Review: "Learning from the World Champions"

by New In Chess
5/4/2016 – Each new issue of "New in Chess" is a little event. The latest edition features Sergey Karjakin on its cover and offers a wealth of interesting articles: Mihail Marin, for example, enthuses about Alekhine's computer moves while Nigel Short tells about a remarkable record he holds. And Matthew Sadler has only good things to say about Sergey Tiviakov's latest DVD.

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Sergey Tiviakov: Learning from the World Champions

A Review by GM Matthew Sadler

I’ve been very positive about Sergey Tiviakov’s recent DVD’s on the Italian and Spanish so I was looking forward to this latest offering from ChessBase: Learning from the World Champions. The DVD is a typical mix for Sergey: lessons from famous players related to examples from his own games. The introduction started a little slowly, but once Sergey moved onto the chess content, I was extremely impressed. It’s a lovely way of learning. Sergey explains a couple of typical themes from a famous game and then shows from his own practice where he was also able to apply these themes. That gets you enthusiastic about this way of studying from the start! On top of this, when demonstrating his own games Sergey is also able to give extra detail about additional practical factors that cropped up in the game. It means that you don’t just reinforce what you’ve learnt from the classic game, it also takes you up a little notch higher as well with new and interesting practical knowledge. Let me show you what I mean.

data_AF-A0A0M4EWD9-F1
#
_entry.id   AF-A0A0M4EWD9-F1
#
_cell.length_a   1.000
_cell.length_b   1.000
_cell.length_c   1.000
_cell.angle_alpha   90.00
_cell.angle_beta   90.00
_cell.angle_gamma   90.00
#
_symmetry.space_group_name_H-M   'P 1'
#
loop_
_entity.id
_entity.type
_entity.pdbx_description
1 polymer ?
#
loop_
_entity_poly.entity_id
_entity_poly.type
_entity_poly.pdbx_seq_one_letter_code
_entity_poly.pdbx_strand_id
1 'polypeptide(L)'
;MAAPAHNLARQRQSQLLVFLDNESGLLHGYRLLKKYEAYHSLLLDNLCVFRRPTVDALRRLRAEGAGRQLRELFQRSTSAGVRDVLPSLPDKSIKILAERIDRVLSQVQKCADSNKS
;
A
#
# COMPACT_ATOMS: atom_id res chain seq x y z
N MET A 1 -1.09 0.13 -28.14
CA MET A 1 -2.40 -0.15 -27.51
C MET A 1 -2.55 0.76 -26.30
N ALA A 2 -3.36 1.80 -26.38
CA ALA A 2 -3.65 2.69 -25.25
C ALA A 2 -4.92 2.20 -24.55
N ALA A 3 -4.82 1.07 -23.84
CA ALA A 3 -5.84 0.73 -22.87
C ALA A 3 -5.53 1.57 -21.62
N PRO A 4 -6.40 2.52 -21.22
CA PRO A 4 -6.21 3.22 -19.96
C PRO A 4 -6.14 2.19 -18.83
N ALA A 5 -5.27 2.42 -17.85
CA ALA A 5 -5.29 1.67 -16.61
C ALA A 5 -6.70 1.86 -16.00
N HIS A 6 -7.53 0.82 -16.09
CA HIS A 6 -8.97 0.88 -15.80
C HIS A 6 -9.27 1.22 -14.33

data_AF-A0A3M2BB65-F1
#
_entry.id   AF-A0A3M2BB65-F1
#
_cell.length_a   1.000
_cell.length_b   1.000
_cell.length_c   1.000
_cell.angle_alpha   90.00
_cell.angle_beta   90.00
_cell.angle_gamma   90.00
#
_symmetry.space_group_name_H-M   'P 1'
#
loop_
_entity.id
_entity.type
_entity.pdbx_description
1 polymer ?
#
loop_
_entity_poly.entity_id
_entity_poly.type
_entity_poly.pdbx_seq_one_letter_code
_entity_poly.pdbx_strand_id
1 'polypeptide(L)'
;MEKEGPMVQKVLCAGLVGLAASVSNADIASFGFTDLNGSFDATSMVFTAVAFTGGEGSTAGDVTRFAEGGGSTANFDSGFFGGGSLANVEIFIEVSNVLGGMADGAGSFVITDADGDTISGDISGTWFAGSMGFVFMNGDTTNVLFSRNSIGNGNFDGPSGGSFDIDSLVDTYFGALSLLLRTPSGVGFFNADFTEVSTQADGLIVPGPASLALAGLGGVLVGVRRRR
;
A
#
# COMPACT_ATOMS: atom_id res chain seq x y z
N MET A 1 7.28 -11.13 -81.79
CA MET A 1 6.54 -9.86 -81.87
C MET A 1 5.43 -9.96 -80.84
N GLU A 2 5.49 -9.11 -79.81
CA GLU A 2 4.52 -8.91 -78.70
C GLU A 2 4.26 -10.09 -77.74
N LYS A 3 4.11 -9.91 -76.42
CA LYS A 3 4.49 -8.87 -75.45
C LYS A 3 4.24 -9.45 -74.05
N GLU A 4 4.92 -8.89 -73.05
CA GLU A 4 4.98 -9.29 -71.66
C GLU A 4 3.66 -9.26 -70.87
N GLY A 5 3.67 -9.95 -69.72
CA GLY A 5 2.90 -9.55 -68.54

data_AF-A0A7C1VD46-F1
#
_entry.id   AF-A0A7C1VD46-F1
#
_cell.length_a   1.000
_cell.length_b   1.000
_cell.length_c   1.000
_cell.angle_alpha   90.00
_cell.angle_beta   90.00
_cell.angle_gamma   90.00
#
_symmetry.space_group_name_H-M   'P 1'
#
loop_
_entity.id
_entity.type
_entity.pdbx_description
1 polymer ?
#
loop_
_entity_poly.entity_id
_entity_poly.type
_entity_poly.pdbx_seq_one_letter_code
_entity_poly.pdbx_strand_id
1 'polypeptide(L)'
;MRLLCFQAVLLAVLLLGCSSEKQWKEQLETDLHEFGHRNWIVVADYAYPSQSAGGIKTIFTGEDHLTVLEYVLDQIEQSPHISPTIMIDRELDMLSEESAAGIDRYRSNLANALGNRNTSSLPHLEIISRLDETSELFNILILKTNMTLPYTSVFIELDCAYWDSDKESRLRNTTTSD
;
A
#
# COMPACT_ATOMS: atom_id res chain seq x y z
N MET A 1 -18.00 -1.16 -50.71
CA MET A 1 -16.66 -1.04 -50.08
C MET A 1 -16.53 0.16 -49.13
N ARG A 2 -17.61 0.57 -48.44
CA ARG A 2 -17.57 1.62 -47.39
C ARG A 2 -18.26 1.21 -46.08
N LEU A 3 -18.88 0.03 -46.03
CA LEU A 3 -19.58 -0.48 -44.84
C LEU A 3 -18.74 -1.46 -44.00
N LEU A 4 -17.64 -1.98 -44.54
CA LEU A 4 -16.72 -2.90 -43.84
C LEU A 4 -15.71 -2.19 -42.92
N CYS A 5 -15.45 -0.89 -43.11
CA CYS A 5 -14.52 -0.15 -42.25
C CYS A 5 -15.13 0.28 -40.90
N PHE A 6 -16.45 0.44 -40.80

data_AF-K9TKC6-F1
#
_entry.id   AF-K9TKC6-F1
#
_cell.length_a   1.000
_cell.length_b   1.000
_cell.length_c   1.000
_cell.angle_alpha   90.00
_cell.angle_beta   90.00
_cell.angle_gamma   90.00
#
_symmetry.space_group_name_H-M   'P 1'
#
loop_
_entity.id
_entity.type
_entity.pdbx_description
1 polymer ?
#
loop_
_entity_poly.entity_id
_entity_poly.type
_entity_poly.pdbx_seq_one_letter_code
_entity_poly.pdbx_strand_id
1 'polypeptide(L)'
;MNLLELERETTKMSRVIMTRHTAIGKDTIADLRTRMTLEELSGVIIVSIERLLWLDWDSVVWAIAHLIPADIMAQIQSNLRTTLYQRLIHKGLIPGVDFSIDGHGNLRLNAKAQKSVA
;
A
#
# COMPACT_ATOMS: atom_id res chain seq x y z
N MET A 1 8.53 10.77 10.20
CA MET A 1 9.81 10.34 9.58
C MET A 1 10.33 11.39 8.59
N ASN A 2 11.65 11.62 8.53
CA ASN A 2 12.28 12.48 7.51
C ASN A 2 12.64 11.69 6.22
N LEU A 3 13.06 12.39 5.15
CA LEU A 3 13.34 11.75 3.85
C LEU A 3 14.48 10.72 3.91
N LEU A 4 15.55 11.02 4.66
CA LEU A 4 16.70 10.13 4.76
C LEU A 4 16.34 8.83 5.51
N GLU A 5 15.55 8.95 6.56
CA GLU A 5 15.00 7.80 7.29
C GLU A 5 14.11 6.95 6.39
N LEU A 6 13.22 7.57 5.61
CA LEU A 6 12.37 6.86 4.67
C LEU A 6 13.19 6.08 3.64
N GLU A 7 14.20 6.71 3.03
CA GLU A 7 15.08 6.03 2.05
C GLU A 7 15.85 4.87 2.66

One of the games early on in the DVD is the classic Karpov-Unzicker, Nice Olympiad 1974. Tiviakov flags three key moments of interest in this game:


And here we get the additional practical dimension that I talked about. Sergey explains that Black has defended well and that it isn’t possible to break through directly. So Sergey begins to manoeuvre around without any clear direction to ‘make the opponent fall asleep’! He explains this very well in the rest of this video, and you see how Black loses his concentration a couple of times, which is enough to lose the game.


Later on, there is also a fantastic examination of a Tal opposite-coloured bishop ending against Radulov and a corresponding game of Sergey’s against Miladinovic in 2015. It’s high-class stuff! The really good thing about it is that Sergey’s commentary is high-level without any long variations – I really think that a club player could follow his explanations with­out any trouble and learn enormous amounts from it. For me it’s 5 stars! I hope you think so too!

First published in New in Chess, (03/2016), p. 103-104. Republished with kind permission.

Sample Video:


Sergey Tiviakov
Learning from the World Champions

€25.13 without VAT (for Customers outside the EU)
$27.14 (without VAT)

• Video running time: 5 hours 45 min (English)
• With interactive training including video feedback
• Extra: Database with 50 model games from World Champions
• Including CB 12 Reader

This DVD can be purchased as a hard copy or it can be downloaded directly from the Internet, that way sparing you the few days needed for it to arrive by post.

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New In Chess (NIC) was founded in 1984 and appears eight times a year. It is read by club players in 116 countries. A yearly subscription for eight issues costs €79.99.


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